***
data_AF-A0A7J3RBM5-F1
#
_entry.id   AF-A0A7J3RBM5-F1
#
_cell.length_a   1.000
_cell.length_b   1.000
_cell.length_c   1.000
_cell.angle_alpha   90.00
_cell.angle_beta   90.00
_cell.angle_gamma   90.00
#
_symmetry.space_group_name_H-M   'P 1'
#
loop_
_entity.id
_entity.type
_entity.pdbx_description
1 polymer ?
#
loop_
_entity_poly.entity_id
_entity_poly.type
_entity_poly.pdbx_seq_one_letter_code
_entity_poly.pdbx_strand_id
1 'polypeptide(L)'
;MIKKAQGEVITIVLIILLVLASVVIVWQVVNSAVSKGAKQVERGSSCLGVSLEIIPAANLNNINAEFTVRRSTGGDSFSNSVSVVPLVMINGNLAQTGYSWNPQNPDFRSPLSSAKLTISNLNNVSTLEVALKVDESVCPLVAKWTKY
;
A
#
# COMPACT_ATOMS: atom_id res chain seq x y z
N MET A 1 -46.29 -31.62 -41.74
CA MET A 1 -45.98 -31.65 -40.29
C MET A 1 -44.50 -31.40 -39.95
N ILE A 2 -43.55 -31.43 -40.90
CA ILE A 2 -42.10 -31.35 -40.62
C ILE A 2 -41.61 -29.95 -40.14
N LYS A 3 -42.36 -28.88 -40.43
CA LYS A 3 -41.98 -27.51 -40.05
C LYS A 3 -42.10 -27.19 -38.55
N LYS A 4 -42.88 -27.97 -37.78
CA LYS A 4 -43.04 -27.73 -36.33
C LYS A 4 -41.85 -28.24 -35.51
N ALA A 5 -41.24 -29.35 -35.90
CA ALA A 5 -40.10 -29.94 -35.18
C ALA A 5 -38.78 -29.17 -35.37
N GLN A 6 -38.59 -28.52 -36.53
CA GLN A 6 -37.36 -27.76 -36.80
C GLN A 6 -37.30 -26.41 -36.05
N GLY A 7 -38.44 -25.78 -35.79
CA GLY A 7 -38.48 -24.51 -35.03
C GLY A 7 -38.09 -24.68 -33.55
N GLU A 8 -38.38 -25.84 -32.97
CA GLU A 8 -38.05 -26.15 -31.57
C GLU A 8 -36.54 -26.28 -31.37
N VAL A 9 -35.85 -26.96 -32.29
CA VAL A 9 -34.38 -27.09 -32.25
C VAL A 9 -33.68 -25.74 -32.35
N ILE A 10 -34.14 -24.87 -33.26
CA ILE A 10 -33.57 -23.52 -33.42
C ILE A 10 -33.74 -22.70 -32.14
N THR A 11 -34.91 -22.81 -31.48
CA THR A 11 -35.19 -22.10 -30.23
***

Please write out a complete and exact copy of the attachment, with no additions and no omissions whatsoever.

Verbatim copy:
data_AF-A0A7J3RBM5-F1
#
_entry.id   AF-A0A7J3RBM5-F1
#
_cell.length_a   1.000
_cell.length_b   1.000
_cell.length_c   1.000
_cell.angle_alpha   90.00
_cell.angle_beta   90.00
_cell.angle_gamma   90.00
#
_symmetry.space_group_name_H-M   'P 1'
#
loop_
_entity.id
_entity.type
_entity.pdbx_description
1 polymer ?
#
loop_
_entity_poly.entity_id
_entity_poly.type
_entity_poly.pdbx_seq_one_letter_code
_entity_poly.pdbx_strand_id
1 'polypeptide(L)'
;MIKKAQGEVITIVLIILLVLASVVIVWQVVNSAVSKGAKQVERGSSCLGVSLEIIPAANLNNINAEFTVRRSTGGDSFSNSVSVVPLVMINGNLAQTGYSWNPQNPDFRSPLSSAKLTISNLNNVSTLEVALKVDESVCPLVAKWTKY
;
A
#
# COMPACT_ATOMS: atom_id res chain seq x y z
N MET A 1 -46.29 -31.62 -41.74
CA MET A 1 -45.98 -31.65 -40.29
C MET A 1 -44.50 -31.40 -39.95
N ILE A 2 -43.55 -31.43 -40.90
CA ILE A 2 -42.10 -31.35 -40.62
C ILE A 2 -41.61 -29.95 -40.14
N LYS A 3 -42.36 -28.88 -40.43
CA LYS A 3 -41.98 -27.51 -40.05
C LYS A 3 -42.10 -27.19 -38.55
N LYS A 4 -42.88 -27.97 -37.78
CA LYS A 4 -43.04 -27.73 -36.33
C LYS A 4 -41.85 -28.24 -35.51
N ALA A 5 -41.24 -29.35 -35.90
CA ALA A 5 -40.10 -29.94 -35.18
C ALA A 5 -38.78 -29.17 -35.37
N GLN A 6 -38.59 -28.52 -36.53
CA GLN A 6 -37.36 -27.76 -36.80
C GLN A 6 -37.30 -26.41 -36.05
N GLY A 7 -38.44 -25.78 -35.79
CA GLY A 7 -38.48 -24.51 -35.03
C GLY A 7 -38.09 -24.68 -33.55
N GLU A 8 -38.38 -25.84 -32.97
CA GLU A 8 -38.05 -26.15 -31.57
C GLU A 8 -36.54 -26.28 -31.37
N VAL A 9 -35.85 -26.96 -32.29
CA VAL A 9 -34.38 -27.09 -32.25
C VAL A 9 -33.68 -25.74 -32.35
N ILE A 10 -34.14 -24.87 -33.26
CA ILE A 10 -33.57 -23.52 -33.42
C ILE A 10 -33.74 -22.70 -32.14
N THR A 11 -34.91 -22.81 -31.48
CA THR A 11 -35.19 -22.10 -30.23